Take these tips to save on gasoline
BY Staff and Wire Reports
Sunday, November 25, 2012
11/25/12 at 3:03 AM
As the Thanksgiving weekend draws to a close, travelers on their way home will be reaching deep into their pockets to pay for fuel that's at a record level for this holiday.
The national average last week was hovering above $3.40 a gallon for unleaded gasoline, 8 cents higher than a year earlier.
Americans are likely to spend a record amount for gas in 2012, experts say.
Tom Kloza of the Oil Price Information Service estimates that consumers will spend about $483 billion on fuel this year, eclipsing last year's record of $471 billion. And that's even as Americans use less gas by taking shorter trips or driving more fuel-efficient cars.
The Energy Department estimates that gas prices will average $3.64 a gallon this year after averaging a record $3.53 a gallon in 2011.
A number of things affect the price of gasoline. It starts with the price of oil, which can be impacted by everything from the strength, or weakness, of the global economy, to hurricanes or tensions in the Middle East.
"There's a different set of factors every day, but they keep coming around like a bad penny," Chuck Mai, a spokesman for travel club AAA, said recently.
Crude oil is turned into gasoline and other products at refineries, which are another factor in the market. The U.S. has about half the number of refineries it did 30 years ago. When one goes down due to a fire or unplanned maintenance, it can lead to a shortage of gasoline, which sends prices higher.
All of these factors have come into play in a big way this year. That's why prices haven't just been high - they've been on a roller coaster. There have been four separate swings of at least 40 cents - two higher and two lower.
Even though gasoline was at an all-time high for a Thanksgiving weekend this year, it still was down 44 cents from mid-September, when prices spiked as some refineries had problems and worries intensified about Iran's nuclear program.
Consumers in Oklahoma have been shielded from the full brunt of the increases. Typically, Oklahoma ranks among the five cheapest states for gasoline, as measured by AAA. For example, while the U.S. average last Wednesday was $3.43 a gallon, many convenience stores in the Tulsa area were charging $2.99.
Still, $3 a gallon for fuel puts a pinch on many drivers. And it was just September in Tulsa when the price hit $3.69.
There are two ways you can cut your gas tab, at least a little: Use less of it, and pay less for what you use.
Experts recommend leaving behind what you don't need. An extra 100 pounds reduces fuel economy by up to 2 percent, according to the Energy Department.
Also, don't leave your car idling - it can use up to a half gallon of fuel per hour. And slow down. Fuel economy gets worse quickly at speeds over 50 miles per hour. Each 5 mph over 50 is like paying an extra 24 cents per gallon, the Energy Department says.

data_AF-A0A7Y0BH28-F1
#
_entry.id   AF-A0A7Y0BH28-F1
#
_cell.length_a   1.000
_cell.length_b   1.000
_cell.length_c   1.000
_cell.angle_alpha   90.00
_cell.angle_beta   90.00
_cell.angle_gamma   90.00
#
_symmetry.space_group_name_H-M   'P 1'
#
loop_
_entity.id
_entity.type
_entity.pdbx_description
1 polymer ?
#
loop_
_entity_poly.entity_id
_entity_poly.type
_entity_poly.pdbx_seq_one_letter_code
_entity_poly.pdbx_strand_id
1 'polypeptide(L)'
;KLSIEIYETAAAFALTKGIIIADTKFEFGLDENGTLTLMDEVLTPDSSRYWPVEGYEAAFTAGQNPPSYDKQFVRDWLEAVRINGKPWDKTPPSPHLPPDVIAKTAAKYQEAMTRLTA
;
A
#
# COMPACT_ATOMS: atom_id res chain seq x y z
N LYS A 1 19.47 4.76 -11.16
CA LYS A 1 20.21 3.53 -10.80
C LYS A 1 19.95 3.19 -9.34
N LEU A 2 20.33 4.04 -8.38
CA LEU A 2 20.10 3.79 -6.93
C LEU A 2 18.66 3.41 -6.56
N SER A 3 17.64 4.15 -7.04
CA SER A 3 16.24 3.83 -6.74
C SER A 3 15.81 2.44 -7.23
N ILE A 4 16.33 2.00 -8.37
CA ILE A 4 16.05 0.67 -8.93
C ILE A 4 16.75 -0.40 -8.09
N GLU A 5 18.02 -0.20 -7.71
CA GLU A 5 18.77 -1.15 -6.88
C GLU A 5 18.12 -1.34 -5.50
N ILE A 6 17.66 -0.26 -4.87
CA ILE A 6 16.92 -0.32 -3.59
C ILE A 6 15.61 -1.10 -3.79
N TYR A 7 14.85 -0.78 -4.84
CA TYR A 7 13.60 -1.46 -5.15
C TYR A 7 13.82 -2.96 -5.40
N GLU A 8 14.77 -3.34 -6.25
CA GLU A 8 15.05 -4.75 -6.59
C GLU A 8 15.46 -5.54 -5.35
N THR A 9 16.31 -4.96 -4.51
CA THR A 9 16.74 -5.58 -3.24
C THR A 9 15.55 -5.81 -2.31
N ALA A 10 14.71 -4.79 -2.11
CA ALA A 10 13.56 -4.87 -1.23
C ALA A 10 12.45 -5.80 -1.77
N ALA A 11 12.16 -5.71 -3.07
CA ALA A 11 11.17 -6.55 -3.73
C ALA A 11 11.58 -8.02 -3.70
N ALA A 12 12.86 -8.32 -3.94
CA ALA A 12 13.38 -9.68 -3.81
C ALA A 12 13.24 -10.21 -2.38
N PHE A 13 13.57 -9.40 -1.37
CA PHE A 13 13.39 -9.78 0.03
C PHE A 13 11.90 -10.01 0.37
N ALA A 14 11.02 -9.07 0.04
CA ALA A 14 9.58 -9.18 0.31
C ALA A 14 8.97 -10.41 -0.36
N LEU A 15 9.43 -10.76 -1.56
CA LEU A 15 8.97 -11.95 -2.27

Your computer or smartphone can help you find cheaper gas while you drive, thanks to services such as GasBuddy.com. The service, which can be accessed on a smartphone application or on the Internet, reports gasoline prices at nearby stations. GasBuddy.com, which has 8.4 million users, gets its price information from users who enter fuel prices into the app after seeing them while driving by or filling up.
Users post prices to help other drivers, according to GasBuddy.com's Patrick DeHaan, and those who contribute can become eligible to win a $250 gas card. DeHaan says that 70,000 users supply data daily.
Be aware that sometimes, especially in rural areas, the price given might be a few days old. And don't get too obsessed about saving a penny or two a gallon - you might burn up your savings by driving an extra distance to find the cheaper gas.
Here's an example. A driver of a car that gets the national average of 23 miles per gallon notices that a station five miles from the one he's near is 10 cents a gallon cheaper. Sounds good, right? But the driver would save only $1 if he bought 10 gallons there, and he would burn 74 cents worth of fuel. Total savings: 26 cents.
DeHaan's rule of thumb: a driver must be saving at least five cents per gallon for every mile they drive out of their way to make it worthwhile.
Fuel-saving tips from AAA
Gas: Only use premium if your owner's manual says you should. Also, don't "top off" when filling your tank. Most of that fuel either remains in the hose or evaporates.
Tires: Surveys show that one out of every four cars on the road today has at least one extremely low tire. Check your owner's manual or the sticker in your glove compartment or on a door jamb for recommended tire pressures. Do not go by what is on the tire; that's the maximum.
Air filter: If it's dirty, buy a new one. This can increase your gas mileage by up to 10 percent.
Engine: Old, dirty spark plugs can reduce fuel economy by 30 percent.
Reduce your miles: If you have to drive far to do your shopping, make sure you purchase everything you might need for several days. Cold engines use more fuel than warm ones.
Drive efficiently: Stay within posted speed limits; avoid rush-hour driving; stop aggressive driving; and avoid unnecessary idling.
Lighten your load: Take unnecessary weight out of trunks, pickup beds and back seats. Every extra 100 pounds can cost you a mile per gallon.
Tulsa World Business Editor John Stancavage contributed to this story by The Associated Press.